5. If you find your car locked inside the garage, you can manually open an electric garage door by pulling down on the red cord to disengage the automatic function.  You can watch a short video here to see how this is done.

6. If your power is out for an extended time, such as a week, I recommend doing what you can to keep your home running normally (clean dishes by hand, wash clothes at the laundry mat, throw out spoiled food, etc.).  This will prevent a big work load once the power returns.  

When Power Returns…
When the power comes back on, you will want to make sure the foods left in your refrigerator or freezer are safe to eat.  According to the Food Safety website, refrigerated foods should be safe as long as the power is not out for more than four hours.  You should throw out any foods that have been held at 40 degrees for over two hours.  To check when to keep & discard refrigerated foods, refer to this list.  A freezer full of food should keep temperature for about 48 hours (24 hours for a half-full freezer).  This list is a great reference on what frozen foods are acceptable to keep & which need to be tossed. 



A Few Words About Safety
Always be cautious when using candles.  Never light them near fabrics, such as curtains, or anything that could potentially catch fire.  Make sure they are out of reach for children & pets & that they are not in a spot where they could get easily knocked over.  Store lighters & matches out of reach of children.  Also, make sure you have working battery operated smoke detectors.

Never use a camping stove or grill indoors.

If you usually keep the door that leads from your garage, into your home unlocked, make sure to lock it while your automatic garage door is disengaged.  Otherwise, you could come home to more than just your power missing!

If you chose to have electricity by using a generator, make sure to leave it outside.  Running a generator indoors or even in a closed garage can cause carbon monoxide poisoning & could be lethal!  Read & follow all the safety precautions for the unit.  During one of our recent power outages, a couple had to be treated for carbon monoxide poisoning caused by improperly using a generator.  Use a battery operated carbon monoxide detector to ensure safety. 



Well, hopefully I’ve covered the basics of surviving a power outage!  Did I forget something?  Do you have any tips?  Please share them in the comments below…I may need them, the way this summer is going!

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Tip Junkie handmade projects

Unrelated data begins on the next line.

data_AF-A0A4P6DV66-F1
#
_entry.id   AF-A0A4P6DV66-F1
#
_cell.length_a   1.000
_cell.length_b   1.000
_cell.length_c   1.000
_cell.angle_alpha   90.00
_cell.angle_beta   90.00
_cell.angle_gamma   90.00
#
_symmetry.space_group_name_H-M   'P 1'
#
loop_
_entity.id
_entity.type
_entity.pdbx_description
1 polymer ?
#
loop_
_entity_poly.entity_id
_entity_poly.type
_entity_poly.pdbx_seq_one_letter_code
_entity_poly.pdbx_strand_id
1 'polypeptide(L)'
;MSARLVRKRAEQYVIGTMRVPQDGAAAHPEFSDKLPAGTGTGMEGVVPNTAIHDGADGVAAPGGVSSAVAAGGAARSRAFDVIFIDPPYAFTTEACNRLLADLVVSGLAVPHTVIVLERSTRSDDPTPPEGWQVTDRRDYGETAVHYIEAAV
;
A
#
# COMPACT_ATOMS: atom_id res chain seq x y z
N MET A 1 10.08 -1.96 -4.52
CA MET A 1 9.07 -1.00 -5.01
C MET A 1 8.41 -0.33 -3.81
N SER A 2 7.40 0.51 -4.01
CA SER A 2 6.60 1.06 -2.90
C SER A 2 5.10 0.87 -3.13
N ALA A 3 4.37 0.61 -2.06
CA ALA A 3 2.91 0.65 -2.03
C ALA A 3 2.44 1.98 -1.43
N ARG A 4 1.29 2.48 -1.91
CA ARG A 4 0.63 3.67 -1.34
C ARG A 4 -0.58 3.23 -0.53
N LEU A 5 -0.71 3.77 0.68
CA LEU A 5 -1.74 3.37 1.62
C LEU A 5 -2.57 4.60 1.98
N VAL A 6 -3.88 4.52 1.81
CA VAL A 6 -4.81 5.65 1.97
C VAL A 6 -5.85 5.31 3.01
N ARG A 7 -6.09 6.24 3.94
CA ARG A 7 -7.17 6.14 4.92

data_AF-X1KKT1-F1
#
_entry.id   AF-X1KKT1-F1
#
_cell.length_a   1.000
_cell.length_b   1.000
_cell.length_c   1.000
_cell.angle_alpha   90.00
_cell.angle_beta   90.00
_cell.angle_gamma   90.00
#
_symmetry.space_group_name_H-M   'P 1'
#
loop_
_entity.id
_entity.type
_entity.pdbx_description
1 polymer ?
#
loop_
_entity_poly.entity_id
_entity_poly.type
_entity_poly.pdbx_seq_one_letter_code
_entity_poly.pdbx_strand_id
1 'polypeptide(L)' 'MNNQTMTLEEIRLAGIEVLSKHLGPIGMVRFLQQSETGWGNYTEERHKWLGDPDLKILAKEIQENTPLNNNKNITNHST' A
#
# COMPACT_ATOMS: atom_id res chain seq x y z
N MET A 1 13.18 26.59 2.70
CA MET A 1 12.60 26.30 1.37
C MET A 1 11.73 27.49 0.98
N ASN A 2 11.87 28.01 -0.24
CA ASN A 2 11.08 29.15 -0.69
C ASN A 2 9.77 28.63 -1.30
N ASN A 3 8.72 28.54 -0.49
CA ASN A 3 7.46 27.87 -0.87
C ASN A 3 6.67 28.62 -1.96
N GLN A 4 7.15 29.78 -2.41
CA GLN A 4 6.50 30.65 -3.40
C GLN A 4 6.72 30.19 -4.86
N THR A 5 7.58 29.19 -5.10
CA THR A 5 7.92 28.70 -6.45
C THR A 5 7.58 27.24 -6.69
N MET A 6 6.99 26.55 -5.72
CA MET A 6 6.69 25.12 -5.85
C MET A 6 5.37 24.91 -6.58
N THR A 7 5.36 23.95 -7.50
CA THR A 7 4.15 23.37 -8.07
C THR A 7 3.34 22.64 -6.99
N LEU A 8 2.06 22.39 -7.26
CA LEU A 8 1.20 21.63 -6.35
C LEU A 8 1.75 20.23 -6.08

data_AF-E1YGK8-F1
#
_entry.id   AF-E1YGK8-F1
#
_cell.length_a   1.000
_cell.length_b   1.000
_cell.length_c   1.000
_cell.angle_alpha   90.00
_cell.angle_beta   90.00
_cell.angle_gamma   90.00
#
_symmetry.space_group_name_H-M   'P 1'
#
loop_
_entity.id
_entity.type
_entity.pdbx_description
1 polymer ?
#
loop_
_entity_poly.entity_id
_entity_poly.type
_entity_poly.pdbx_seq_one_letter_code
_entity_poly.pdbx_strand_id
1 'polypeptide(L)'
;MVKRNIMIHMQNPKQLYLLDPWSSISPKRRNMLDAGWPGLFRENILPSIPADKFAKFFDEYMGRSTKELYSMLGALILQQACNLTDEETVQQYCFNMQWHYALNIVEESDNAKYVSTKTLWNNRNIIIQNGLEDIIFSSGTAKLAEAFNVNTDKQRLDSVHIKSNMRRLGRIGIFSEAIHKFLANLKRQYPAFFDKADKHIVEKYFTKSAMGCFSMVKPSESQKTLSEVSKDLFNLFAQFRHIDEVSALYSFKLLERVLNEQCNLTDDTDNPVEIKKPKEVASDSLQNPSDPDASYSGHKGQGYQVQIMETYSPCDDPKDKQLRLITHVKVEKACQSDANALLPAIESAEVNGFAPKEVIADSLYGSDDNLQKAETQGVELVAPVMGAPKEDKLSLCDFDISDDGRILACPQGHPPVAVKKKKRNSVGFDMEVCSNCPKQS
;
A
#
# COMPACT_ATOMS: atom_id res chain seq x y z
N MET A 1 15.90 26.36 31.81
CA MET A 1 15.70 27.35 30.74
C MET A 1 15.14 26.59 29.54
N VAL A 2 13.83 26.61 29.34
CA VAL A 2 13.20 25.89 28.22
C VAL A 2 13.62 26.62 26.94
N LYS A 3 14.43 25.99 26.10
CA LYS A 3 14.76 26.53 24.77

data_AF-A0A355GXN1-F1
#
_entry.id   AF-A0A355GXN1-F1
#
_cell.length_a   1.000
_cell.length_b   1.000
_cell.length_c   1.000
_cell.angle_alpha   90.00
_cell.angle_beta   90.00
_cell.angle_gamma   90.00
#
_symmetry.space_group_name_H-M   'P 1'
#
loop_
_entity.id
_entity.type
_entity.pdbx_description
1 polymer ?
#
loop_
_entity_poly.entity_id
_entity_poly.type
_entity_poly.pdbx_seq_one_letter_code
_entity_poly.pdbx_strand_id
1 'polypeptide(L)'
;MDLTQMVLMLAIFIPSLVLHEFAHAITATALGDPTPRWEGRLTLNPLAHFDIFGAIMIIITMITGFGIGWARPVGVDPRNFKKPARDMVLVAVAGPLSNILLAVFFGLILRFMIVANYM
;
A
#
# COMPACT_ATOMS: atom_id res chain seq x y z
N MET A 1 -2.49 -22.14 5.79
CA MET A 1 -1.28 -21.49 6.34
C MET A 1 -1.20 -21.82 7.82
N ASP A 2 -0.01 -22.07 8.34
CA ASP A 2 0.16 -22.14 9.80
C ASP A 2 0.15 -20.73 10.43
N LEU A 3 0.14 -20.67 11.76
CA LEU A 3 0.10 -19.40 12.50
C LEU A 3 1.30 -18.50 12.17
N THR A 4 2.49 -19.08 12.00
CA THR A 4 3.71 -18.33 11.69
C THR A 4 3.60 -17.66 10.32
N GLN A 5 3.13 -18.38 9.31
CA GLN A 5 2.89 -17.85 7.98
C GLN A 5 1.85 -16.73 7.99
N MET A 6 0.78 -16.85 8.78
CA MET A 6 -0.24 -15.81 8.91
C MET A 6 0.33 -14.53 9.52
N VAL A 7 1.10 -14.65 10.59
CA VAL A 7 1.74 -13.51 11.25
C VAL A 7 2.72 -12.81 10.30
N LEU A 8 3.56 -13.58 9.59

A Few Features…

Within the past month, my blog has been featured a few places that I thought I should share with you...

First, I was contacted by Houselogic about featuring our garage in a post they were doing on garage storage.  I was pretty excited for my blog to be mentioned by the National Association of Realtors!  You can see the story here.

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Soon after that, Beth from Home Stories A to Z featured my half bathroom, which you can see here.  When you stop by her blog, be sure to check out the Inspiration Files if you have a few hours some time! 







Next up, Hometalk featured the creek stone patio & fire pit my husband built on their facebook page.  Hometalk is a great resource, where homeowners can share pictures of their inspiring projects & even ask DIY questions & get answers from professionals!  I encourage you to check it out if you haven’t already done so!  You can see my Hometalk posts here.



Then, just a few days ago, Lindsey from Better After featured our half bathroom!  Her site features tons of before & after pictures that are sure to inspire you & even make you question, “Why didn’t I think of that?”.  Here is the bathroom feature.




 

Thanks for the features everyone!  I am truly ecstatic about them all!

A Week & Six Years Ago...

Six years & a week ago, I woke up before the sun & headed to the hospital for an induction to meet my first born daughter.  Amazingly, I wasn't as nervous as I thought I would be.  After registration & a quick wardrobe change, I started the IV of Pitocin around 6:20 in the morning.  The nurse kept telling me I might have a baby by dinner time.  I kept telling the nurse that I have quick labors & didn't want to wait that long to meet my daughter.